disqualification and suppression motion was brought against
plaintiffs' counsel (then affiliated with another firm),
resulting in the instant motions being held in abeyance.
Hearing was had instead on the
disqualification motion, resulting in a ruling of December 12,
1989, denying the disqualification request but granting certain
ancillary relief. Argument on the remaining motions was set
down for January 19, 1990, but again was adjourned to February
1990, at which time the matter was to have been taken on
Consideration at that time was interrupted by collateral
proceedings brought on February 8, 1990, involving a
realignment of plaintiffs' counsel, a matter that after several
appearances was settled in March, only to be followed that same
month by plaintiffs' applications by order to show cause for an
order of attachment of certain New York properties of certain
of the Trupin defendants. Briefing and consideration of that
application was advanced ahead of these motions, and an opinion
denying the application was issued on May 3, 1990. Morin v.
Trupin, 738 F. Supp. 98.
A final, further round of briefing and argument was then
initiated by defendants Organek and Continental, who requested
the court's consideration of a supplemental submission in
support of their motion to dismiss and for summary judgment
then under consideration, and sought further argument on those
motions and their request for sanctions against plaintiffs.
Following extensions sought by the parties to brief and argue
the renewed motions, the matter was again taken under
submission as of June 29, 1990.
The Morins, and the plaintiffs in the Blaikie, Seals and
Petersen actions (collectively, the "plaintiffs"), are
investors in various tax-advantaged limited partnerships,
principally in the real estate area (the "Investor
Partnerships"), who claim to have been defrauded by the
According to the Complaint, each of the Investor Partnerships
had as their general partner of a company named Tru Management
Corp. ("TMC"), a defendant to this action. The Investor
Partnerships owned limited partnership interests in four
entities holding real estate assets (themselves organized as
limited partnerships and referred to as the Owning
Partnerships): Dallas Realty Associates, which owned commercial
real estate in Dallas, Texas (the "Dallas Property"), Lincoln
Center Associates, which owned commercial real estate in
Indianapolis, Indiana (the "Indianapolis Property"), the Mutual
Home Bank Building Partnership, which owned commercial real
estate in Grand Rapids, Michigan (the "Grand Rapids Property"),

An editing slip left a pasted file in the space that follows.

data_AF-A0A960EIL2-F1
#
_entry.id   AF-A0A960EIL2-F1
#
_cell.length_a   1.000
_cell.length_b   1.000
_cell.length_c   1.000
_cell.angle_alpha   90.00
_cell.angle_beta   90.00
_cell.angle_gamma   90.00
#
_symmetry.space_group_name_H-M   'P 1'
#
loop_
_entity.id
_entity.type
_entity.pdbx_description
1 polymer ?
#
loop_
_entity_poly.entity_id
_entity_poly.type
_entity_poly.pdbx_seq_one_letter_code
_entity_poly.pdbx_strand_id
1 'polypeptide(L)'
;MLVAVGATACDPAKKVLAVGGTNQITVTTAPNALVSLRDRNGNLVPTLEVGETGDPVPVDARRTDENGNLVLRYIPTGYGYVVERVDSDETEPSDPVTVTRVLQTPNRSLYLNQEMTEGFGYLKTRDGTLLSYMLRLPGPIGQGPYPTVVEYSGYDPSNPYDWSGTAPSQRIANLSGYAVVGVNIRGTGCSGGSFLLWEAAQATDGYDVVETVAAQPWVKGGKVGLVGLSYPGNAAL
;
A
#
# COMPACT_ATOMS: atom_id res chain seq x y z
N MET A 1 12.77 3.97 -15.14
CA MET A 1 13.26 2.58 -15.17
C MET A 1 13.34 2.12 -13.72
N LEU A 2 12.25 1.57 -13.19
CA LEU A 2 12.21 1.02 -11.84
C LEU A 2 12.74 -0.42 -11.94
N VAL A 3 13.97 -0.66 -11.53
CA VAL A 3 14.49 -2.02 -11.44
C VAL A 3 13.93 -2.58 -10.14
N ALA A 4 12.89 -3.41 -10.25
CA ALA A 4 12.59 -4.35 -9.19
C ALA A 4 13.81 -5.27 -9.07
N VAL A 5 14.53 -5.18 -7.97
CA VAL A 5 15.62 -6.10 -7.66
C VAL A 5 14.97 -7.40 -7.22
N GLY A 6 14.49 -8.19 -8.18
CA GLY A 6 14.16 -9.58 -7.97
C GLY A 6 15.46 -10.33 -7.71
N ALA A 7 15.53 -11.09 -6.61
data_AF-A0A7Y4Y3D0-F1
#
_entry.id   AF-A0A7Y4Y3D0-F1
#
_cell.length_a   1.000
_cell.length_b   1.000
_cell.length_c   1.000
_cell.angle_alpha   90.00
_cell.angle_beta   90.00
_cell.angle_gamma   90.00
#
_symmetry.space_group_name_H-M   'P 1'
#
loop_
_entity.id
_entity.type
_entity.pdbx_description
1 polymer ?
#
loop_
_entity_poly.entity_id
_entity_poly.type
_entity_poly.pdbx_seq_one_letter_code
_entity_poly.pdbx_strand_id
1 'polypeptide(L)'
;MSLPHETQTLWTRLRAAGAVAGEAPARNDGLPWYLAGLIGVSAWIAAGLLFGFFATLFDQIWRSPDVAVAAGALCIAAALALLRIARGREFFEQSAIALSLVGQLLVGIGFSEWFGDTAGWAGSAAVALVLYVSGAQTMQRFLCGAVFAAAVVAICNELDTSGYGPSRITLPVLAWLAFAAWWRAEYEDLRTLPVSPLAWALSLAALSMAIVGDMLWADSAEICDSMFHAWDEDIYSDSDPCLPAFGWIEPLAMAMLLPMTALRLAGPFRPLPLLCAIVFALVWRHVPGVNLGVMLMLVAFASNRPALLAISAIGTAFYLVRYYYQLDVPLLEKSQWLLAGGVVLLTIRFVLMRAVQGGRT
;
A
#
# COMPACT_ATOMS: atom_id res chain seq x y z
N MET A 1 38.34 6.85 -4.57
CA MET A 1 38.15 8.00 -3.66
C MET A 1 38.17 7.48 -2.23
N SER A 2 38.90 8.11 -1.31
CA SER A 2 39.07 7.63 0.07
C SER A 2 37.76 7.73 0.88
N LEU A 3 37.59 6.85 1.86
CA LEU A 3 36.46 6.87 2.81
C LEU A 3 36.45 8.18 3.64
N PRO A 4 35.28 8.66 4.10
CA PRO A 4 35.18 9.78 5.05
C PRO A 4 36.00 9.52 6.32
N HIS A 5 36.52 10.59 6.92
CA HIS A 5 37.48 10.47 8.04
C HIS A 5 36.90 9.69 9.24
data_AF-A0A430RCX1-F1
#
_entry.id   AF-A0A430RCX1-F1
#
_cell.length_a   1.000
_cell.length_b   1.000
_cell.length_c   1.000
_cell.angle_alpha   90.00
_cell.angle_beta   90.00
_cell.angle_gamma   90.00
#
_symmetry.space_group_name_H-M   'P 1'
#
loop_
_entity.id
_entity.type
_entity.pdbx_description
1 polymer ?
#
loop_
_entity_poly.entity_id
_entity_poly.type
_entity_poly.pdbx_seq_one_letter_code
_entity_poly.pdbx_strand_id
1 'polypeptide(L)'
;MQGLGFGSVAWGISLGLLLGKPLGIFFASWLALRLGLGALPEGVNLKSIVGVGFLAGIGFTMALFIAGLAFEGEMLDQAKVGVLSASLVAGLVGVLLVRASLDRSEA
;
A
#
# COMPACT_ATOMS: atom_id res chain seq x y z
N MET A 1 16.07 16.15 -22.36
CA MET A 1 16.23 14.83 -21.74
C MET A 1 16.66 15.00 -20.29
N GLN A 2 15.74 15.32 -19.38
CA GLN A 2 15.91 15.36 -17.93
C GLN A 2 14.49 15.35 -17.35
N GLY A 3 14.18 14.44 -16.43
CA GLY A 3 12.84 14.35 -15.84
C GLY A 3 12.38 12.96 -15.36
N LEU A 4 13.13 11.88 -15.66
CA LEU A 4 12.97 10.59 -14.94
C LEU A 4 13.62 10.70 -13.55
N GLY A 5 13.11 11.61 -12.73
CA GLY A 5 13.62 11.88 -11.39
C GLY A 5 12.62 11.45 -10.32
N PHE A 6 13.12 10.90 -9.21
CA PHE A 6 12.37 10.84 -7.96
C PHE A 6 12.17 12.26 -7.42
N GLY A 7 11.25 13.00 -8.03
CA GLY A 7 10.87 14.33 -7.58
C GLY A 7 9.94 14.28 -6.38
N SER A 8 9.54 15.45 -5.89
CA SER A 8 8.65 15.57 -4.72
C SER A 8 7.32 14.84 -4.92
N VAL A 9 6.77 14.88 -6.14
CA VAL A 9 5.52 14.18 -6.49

and Sarasota Plaza Associates, which owned commercial real
estate in Sarasota, Florida (the "Sarasota Property")
(collectively, the "Properties"). Each of these Owning
Partnerships had as its general partner a corporation, MHT
Properties Corp., also a defendant to this action. MHT
Properties and TMC were each subsidiaries of defendant MHT
Corp. The Owning Partnerships purchased the Properties from
other Trupin-affiliated entities, the general partner of each
of which was Tru Properties Corp. ("TPC").
Defendants to the consolidated complaint number over fifty.
For ease, they may be classified as follows:
(a) The Trupin Defendants:
— Barry Trupin ("Trupin") is alleged to have founded and
controlled a network of companies referred to by plaintiffs as
the "Rothschild Group," consisting of, inter alia, TPC, TMC,
Rothschild Registry International, Inc. ("Registry"),
Rothschild Reserve International, Inc. ("Reserve"), RRI Realty
Corp. ("Realty"), MHT Properties, MHT Corp., BWT Corp., several
other corporations and a series of trusts (the "Trusts").*fn2
— Gerald Schaffer, Herb Silverstein, Arthur Berlin,
Salvatore Bucci, Marvin Schaffer, Frederick Gnesin, David Kaye,
and Robert D. Abrams are all alleged to have been employed by
Rothschild Group companies in various capacities as officers,
executives, legal advisors, accountants, dealers and salesmen,
and to have functioned as controlling persons with respect to
one or more of the Rothschild companies.
(b) Gary Rogers allegedly controls two Texas corporations,
Charterhouse Capital Investment Corp. and Charterhouse
Financial, Ltd. (collectively "Charterhouse"), which are
alleged to have been involved in the promotion, sale and